Friday 12 May 2023

100% Mortgage? In a banking crisis?

Actually, the new Skipton product - 100% mortgage, no deposit, but (they say) stringent borrower qualifications required (primarily, a good prior rental payment record), plus a small interest-rate premium - all seems sound from the lender's risk-management point of view.  One assumes they'll be pretty careful about getting their own valuation done, too.  Structurally this is all good, pragmatic RM - and moderately creative, to boot.  

When Miss D got her first mortgage recently she was in pocket immediately (on a current account basis), the payments being less than she was previously paying in rent.  That's a dynamic the Skipton product arbitrages neatly.  Don't know if that situation prevails everywhere; but it does in her part of London.

Commentators seemed to be fixating on the potential for negative equity.  Well, yes - but both parties ought to be able to take an intelligent view on that.  On the lender's side, one assumes more pragmatic RM, relating to the specifics of the property and the profile of the borrower.  And for the borrower: hey, did you want (a) to get into property, (b) & without putting in equity - or not?

Go for it, Skipton.  Nice structure: hope you've got the details right.



Anonymous said...

If this is about propping up the property market (or the state owned banks) they why not offer a golden visa like Portugal or Malta.

There are a lot of rich people looking for a safe home with a banking system that doesn't (and now doesn't need to) look to hard about where the cash comes from.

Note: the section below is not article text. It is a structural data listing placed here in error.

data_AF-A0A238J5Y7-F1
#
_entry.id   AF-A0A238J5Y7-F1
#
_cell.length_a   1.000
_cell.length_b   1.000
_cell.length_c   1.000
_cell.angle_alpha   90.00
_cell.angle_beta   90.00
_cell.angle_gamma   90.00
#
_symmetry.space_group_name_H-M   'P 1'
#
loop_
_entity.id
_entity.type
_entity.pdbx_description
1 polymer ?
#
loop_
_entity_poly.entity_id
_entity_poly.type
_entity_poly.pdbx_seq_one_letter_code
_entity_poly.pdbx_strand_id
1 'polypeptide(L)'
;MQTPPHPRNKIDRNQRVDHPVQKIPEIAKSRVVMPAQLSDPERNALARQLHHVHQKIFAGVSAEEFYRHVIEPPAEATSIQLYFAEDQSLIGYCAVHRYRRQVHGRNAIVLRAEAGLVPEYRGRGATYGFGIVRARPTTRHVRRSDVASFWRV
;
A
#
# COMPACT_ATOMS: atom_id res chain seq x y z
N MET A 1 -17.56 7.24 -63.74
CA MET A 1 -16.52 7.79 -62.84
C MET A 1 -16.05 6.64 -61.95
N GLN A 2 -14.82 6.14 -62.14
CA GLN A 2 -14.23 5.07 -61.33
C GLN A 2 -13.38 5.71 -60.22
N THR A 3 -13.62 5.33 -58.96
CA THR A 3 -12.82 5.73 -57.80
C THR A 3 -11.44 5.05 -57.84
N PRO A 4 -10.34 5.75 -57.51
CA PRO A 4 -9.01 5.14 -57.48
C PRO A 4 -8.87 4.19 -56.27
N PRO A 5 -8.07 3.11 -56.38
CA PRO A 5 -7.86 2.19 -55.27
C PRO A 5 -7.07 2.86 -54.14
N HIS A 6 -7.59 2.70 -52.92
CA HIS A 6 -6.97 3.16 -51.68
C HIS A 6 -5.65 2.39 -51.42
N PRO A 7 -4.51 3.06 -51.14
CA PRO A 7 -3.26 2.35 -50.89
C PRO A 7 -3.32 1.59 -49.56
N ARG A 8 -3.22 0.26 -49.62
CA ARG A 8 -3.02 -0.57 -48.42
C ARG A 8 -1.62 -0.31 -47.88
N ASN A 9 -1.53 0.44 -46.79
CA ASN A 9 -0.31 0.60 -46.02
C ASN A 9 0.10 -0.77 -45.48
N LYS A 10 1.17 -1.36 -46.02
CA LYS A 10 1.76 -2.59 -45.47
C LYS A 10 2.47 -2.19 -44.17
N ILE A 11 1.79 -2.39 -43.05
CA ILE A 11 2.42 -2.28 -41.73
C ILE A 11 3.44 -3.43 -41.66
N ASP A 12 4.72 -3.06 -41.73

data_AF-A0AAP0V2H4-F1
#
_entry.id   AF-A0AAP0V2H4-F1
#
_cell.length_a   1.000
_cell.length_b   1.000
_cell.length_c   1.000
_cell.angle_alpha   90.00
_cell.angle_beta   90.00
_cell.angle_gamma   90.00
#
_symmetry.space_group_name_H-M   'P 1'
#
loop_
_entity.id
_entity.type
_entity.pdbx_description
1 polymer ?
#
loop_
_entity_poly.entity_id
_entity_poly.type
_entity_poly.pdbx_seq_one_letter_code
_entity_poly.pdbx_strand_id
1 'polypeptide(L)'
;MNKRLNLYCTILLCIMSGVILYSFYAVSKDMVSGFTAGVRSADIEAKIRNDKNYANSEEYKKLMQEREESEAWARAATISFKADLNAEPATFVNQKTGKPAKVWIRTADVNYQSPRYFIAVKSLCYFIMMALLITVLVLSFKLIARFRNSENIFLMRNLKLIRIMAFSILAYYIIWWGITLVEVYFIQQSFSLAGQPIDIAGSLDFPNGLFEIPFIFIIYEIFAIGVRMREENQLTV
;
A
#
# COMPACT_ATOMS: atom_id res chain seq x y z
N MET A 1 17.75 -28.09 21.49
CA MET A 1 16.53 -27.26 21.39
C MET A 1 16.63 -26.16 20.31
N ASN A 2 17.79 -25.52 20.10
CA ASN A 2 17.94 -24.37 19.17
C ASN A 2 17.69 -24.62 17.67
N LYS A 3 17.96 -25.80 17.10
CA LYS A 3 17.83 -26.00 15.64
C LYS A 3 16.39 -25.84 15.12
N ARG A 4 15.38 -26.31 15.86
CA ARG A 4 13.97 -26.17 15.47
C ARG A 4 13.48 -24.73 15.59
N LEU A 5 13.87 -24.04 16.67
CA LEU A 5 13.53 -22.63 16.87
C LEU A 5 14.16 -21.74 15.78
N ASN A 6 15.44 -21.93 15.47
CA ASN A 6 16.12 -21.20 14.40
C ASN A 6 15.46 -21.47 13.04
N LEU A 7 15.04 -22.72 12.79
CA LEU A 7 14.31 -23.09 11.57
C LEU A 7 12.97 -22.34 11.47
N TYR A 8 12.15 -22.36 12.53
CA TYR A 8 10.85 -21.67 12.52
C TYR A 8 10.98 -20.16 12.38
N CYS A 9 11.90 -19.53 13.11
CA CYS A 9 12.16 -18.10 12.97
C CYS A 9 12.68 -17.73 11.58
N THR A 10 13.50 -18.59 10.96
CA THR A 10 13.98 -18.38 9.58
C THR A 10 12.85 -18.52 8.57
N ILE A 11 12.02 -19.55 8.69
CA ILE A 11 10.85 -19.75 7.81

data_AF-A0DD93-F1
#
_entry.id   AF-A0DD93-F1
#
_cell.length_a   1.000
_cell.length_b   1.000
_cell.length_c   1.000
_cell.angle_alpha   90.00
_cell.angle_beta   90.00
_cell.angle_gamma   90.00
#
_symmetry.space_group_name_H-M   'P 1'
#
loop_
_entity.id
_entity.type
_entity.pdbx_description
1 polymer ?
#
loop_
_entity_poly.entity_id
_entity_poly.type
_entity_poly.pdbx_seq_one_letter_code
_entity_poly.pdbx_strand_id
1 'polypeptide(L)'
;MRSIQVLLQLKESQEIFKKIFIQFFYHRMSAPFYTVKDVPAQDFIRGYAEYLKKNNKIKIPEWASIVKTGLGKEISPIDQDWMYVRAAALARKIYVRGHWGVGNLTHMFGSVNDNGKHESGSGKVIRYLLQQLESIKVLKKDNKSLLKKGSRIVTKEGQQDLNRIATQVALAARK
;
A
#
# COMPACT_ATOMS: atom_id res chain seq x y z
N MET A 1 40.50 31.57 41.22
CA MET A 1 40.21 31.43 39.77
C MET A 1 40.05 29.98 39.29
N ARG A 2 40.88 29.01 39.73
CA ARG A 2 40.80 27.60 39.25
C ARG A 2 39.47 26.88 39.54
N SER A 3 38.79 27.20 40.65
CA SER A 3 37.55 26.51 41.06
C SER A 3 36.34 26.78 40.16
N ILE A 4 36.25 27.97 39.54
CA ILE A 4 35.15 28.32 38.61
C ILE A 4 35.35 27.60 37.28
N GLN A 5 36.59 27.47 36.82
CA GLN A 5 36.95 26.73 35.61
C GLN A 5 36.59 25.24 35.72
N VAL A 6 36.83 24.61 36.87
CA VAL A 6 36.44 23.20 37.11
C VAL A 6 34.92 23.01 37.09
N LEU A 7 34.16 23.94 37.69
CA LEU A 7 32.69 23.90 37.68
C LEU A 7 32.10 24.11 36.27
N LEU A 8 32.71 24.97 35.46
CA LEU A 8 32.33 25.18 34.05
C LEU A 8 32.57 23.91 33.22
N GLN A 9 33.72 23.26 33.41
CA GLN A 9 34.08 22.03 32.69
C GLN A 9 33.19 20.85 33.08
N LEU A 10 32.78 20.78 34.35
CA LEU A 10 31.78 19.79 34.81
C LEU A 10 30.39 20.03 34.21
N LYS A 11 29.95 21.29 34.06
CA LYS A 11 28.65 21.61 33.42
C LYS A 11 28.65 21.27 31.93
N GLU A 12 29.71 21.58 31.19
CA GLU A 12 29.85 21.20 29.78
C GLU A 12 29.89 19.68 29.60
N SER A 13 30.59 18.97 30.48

Skipton's idea would hardly scratch the surface of a more open free (from Europe) Britain.

... and we need the cash.

dearieme said...

The first Building Society I asked for a mortgage was the Halifax which turned me down in a peremptory fashion. That still rankles.

The second society did give me a mortgage and, do you know, I can't remember its name. There's probably a lesson there.

But I do remember the best BS name I knew in my salad days: the Temperance Permanent. They don't make 'em like that any more.

Sobers said...

"Go for it, Skipton. Nice structure: hope you've got the details right."

Of course if it all goes t*ts up, no-one will ask the CEO to give back the £1m signing on fee he got will they? In fact he'll probably get his contract paid off and walk off into another well paid job somewhere else.

Just the usual situation with financial institutions - all the benefits of risky gambles go to the management, with none of it ever clawed back if they drive the institution into the ground. Heads they win, tails they don't lose, someone else does, probably the taxpayer.

formertory said...

The - sadly - late Mark Wadsworth had some interesting observations on negative equity which he published over the years. This one from ten years ago is typical, pithy, and shows some creative thinking:

Bill Quango MP said...

RIP Mr Wadsworth.
A frequent commentator on these pages.

Nick Drew said...

A very prolific & thoughtful guy, whom I met once.

A striking combination of creativity - including artistic & musical - and analytic enthusiasm. His advocacy and comprehensive defence of Land Value Tax was impressive ... even if it's not something that everyone is turned on by.

RIP indeed. Who's left (/ still independent) of the first generation bloggers?

dearieme said...

They'll some of them be missed; he's one.

I'd tease him by claiming that LVT = Luncheon Voucher Tax. Hey ho.